You can use the equation of the rate of radioactive decay to find how much of an isotope is left after a specified length of time. Here is an example of how to set up and work the problem.

### Problem

^{226}_{88}Ra, a common isotope of radium, has a half-life of 1620 years. Knowing this, calculate the first order rate constant for the decay of radium-226 and the fraction of a sample of this isotope remaining after 100 years.

### Solution

The rate of radioactive decay is expressed by the relationship:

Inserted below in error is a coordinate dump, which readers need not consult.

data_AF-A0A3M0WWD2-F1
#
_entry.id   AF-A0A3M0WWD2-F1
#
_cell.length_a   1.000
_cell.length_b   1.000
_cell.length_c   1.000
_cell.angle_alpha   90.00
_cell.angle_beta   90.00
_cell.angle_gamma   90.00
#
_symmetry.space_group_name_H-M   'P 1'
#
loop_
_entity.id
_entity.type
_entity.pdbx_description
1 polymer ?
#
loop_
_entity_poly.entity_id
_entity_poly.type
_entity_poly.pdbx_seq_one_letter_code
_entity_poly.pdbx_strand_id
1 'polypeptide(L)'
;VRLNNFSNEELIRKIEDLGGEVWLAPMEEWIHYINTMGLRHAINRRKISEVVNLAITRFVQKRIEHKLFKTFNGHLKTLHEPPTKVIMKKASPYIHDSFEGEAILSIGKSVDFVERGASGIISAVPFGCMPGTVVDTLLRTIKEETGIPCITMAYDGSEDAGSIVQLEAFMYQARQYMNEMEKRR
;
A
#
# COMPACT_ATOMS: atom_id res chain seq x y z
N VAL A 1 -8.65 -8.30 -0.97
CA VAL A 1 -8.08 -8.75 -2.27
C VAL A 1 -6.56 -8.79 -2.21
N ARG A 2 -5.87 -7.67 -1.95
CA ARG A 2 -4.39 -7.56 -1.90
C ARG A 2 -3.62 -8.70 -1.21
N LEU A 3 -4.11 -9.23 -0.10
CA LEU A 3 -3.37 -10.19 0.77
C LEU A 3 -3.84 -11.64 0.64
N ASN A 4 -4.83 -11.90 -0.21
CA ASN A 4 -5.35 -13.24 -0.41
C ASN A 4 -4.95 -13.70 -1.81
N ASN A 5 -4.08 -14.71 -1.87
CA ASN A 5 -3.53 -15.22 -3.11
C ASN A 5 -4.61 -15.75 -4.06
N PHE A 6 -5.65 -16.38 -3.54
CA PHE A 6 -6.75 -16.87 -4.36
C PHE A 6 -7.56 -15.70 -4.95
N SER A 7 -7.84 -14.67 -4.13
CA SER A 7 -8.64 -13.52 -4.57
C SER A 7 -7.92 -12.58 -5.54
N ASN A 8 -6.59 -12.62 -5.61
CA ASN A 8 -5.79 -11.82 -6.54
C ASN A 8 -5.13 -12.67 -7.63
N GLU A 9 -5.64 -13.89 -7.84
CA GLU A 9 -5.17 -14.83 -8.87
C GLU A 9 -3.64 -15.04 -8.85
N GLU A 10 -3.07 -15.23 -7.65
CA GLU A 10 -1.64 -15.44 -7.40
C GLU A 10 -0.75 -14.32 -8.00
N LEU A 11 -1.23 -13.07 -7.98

k = 0.693/t_{1/2}

where k is the rate and t_{1/2} is the half-life.

Plugging in the half-life given in the problem:

k = 0.693/1620 years = **4.28 x 10 ^{-4}/year**

Radioactive decay is a first order rate reaction, so the expression for the rate is:

log_{10} X_{0}/X = kt/2.30

where X_{0} is the quantity of radioactive substance at zero time (when the counting process starts) and X is the quantity remaining after time *t*. *k* is the first order rate constant, a characteristic of the isotope that is decaying. Plugging in the values:

log_{10} X_{0}/X = (4.28 x 10^{-4}/year)/2.30 x 100 years = 0.0186

Taking antilogs: X_{0}/X = 1/1.044 = 0.958 = **95.8% of the isotope remains**